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Additional recommended knowledge
Fresh versus frozen
Embryos can be either "fresh" from fertilized egg cells of the same menstrual cycle, or "frozen", that is they have been generated in a preceding cyle, cryopreserved, and are thawed just prior to the transfer.
In the human, the uterine lining (endometrium) needs to be appropriately prepared so that the embryo(s) can implant. In a natural or stimulated cycle, the embryo transfer takes place in the luteal phase at a time where the lining is appropriately developed in relation to the status of the embryo. In a cycle where a "frozen" embryo is transferred, the recipient woman could be given first estrogen preparations (about 2 weeks), then a combination of estrogen and progesterone so that the lining becomes receptive for the embryo. The time of receptivity is the implantation window.
In stimulated cycles in human IVF, embryos are typically transferred 3 days after fertilization and may then be at the eight-cell stage, or they are transferred 2 to 3 days later when they have reached the blastocyst stage. Embryos who reach the day 3 cell stage can be tested for chromosal or specific genetic defects prior to possible transfer by preimplantation genetic diagnosis (PGD).
The procedure of embryo transfer is performed by a physician, often with the aid of ultrasound to allow for precise placement. The catheter loaded with one or more embryos is advanced through the cervix into the uterine cavity and the embryo(s) are released into the cavity. Anesthesia is generally not required.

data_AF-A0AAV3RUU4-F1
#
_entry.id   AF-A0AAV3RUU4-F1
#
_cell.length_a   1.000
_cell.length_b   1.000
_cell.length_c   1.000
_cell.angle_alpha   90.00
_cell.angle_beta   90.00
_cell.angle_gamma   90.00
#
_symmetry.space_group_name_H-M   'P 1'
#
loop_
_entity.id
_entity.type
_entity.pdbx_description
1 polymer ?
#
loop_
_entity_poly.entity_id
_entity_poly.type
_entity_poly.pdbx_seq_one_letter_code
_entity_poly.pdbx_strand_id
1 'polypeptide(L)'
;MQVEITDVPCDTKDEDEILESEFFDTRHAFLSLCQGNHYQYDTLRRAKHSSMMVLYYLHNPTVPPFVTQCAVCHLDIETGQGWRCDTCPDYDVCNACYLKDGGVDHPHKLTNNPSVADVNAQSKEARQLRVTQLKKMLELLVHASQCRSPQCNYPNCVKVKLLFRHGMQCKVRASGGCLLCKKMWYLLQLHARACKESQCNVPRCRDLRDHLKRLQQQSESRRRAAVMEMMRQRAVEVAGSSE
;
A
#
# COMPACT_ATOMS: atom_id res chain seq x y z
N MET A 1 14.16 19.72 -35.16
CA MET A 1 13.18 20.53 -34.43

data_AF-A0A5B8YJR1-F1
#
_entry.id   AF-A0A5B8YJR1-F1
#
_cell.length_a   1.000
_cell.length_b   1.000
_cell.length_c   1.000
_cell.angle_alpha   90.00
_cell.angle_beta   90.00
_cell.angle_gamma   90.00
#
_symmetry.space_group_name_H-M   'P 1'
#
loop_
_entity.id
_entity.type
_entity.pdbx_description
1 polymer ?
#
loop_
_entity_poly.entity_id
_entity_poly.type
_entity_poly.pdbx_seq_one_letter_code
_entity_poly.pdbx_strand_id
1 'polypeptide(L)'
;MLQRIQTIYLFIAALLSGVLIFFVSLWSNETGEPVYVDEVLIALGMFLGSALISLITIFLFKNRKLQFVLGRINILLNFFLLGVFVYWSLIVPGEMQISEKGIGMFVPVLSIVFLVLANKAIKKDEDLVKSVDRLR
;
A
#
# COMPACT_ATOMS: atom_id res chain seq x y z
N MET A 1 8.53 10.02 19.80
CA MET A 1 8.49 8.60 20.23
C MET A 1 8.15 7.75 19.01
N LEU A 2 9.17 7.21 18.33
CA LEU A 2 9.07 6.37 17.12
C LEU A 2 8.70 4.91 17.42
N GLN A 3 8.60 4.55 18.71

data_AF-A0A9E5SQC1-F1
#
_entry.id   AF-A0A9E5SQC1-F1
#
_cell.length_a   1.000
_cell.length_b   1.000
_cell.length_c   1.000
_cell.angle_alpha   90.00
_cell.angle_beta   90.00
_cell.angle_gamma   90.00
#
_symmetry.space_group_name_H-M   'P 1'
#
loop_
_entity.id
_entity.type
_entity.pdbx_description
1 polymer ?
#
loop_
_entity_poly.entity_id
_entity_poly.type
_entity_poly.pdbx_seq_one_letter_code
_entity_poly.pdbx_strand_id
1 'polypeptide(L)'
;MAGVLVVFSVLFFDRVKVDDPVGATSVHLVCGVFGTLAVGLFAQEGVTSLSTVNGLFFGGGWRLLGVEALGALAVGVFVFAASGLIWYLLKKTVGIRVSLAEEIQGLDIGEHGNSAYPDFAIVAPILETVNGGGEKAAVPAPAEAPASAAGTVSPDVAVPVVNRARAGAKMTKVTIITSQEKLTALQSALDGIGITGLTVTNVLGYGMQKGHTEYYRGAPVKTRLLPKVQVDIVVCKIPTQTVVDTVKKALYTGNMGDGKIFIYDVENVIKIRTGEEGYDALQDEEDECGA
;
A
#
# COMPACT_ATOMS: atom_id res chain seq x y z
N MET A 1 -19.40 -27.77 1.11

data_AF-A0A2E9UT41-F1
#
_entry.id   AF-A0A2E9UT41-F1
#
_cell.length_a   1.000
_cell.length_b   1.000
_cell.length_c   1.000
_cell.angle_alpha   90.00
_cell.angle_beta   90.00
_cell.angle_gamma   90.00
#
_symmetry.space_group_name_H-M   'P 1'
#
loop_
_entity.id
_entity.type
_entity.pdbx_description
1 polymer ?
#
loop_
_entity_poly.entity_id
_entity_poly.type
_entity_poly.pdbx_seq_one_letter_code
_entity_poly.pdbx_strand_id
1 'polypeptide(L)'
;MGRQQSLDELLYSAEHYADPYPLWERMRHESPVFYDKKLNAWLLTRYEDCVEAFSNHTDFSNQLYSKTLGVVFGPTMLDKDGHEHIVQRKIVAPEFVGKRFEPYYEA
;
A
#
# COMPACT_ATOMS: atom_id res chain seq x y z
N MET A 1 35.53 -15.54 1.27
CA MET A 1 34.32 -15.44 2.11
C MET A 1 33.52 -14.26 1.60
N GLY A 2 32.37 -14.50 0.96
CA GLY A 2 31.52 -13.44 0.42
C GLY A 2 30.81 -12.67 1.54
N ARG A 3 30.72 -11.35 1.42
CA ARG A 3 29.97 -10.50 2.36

A major issue is how many embryos should be transferred. Placement of multiple embryos carries the risk of multiple pregnancy. In the past, physicans have often placed too many embryos in the hope to establish a pregnancy. However, the rise in multiple pregnancies has led to a reassessment of this approach. Professional societies and in many countries, the legislature, have issued guidelines or laws to curtail a practice of placing too many embryos in an attempt to reduce multiple pregnancies.
The technique of selecting only one embryo to transfer to the woman is called elective-Single Embryo Transfer (e-SET). It eliminates the risk of multiple pregnancies, compared with e.g. Double Embryo Transfer (DET).
After embryo transfer patients are kept on estrogen and progesterone medication; pregnancy testing is done typically two weeks after the transfer.
It is not necessary that the embryo transfer be performed on the female who provided the eggs. Thus another female whose uterus is appropriately prepared can receive the embryo and become pregnant. Embryo transfer may be used where a woman who has eggs but no uterus and wants to have a biological baby; she would require the help of a gestational carrier or surrogate to carry the pregnancy. Also, a woman who has no eggs but a uterus may resort to egg donor IVF, in which case another woman would provide eggs for fertilization and the resulting embryos are placed into the uterus of the patient. Fertilization may be performed using the woman's partner's sperm or by using donor sperm. 'Spare' embryos which are created for another couple undergoing IVF treatment but which are then surplus to that couple's needs may also be transferred. Embryos may be specifically created by using eggs and sperm from donors and these can then be transferred into the uterus of another woman. A surrogate may carry a baby produced by embryo transfer for another couple, even though neither she nor the 'commissioning' couple is biologically related to the child. Third party reproduction is controversial and regulated in many countries.
|This article is licensed under the GNU Free Documentation License. It uses material from the Wikipedia article "Embryo_transfer". A list of authors is available in Wikipedia.|